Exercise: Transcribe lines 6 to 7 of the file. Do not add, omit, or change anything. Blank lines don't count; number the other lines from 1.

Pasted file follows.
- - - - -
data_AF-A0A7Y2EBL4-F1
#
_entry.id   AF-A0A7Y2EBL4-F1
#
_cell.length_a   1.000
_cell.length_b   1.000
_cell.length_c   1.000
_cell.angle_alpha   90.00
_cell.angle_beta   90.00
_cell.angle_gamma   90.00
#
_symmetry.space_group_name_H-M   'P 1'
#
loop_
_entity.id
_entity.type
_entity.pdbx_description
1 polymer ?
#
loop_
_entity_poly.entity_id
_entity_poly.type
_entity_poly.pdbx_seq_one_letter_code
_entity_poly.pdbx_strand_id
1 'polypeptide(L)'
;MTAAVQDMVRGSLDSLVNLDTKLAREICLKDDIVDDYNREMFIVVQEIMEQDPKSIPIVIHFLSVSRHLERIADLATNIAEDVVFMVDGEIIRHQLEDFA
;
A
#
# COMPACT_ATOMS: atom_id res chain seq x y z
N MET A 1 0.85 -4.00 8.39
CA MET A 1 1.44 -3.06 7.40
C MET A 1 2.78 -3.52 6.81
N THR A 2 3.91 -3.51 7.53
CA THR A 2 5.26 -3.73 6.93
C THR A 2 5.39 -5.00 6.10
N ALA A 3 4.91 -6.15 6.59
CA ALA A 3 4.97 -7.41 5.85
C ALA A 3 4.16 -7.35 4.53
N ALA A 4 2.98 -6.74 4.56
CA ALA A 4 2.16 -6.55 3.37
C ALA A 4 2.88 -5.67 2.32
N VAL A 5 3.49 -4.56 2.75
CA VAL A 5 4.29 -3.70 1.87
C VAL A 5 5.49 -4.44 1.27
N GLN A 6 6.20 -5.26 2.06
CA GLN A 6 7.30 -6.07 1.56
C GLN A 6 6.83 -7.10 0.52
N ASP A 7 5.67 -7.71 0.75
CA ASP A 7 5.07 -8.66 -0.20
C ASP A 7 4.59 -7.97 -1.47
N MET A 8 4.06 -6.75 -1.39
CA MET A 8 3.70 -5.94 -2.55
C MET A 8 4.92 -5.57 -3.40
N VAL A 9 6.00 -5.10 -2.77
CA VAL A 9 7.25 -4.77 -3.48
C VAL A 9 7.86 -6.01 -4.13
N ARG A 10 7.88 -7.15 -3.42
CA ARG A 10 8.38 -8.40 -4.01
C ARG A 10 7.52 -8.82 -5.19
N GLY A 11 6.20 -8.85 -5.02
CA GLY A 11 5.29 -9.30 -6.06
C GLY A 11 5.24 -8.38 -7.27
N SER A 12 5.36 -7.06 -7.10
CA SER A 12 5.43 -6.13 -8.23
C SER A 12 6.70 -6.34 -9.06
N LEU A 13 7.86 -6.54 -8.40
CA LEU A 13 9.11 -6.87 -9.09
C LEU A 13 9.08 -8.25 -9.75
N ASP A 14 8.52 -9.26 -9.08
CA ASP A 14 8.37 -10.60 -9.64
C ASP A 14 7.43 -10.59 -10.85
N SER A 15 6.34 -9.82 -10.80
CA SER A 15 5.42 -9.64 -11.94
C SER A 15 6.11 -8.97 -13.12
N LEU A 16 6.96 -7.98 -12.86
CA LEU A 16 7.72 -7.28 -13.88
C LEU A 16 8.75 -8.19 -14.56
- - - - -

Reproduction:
_cell.length_b   1.000
_cell.length_c   1.000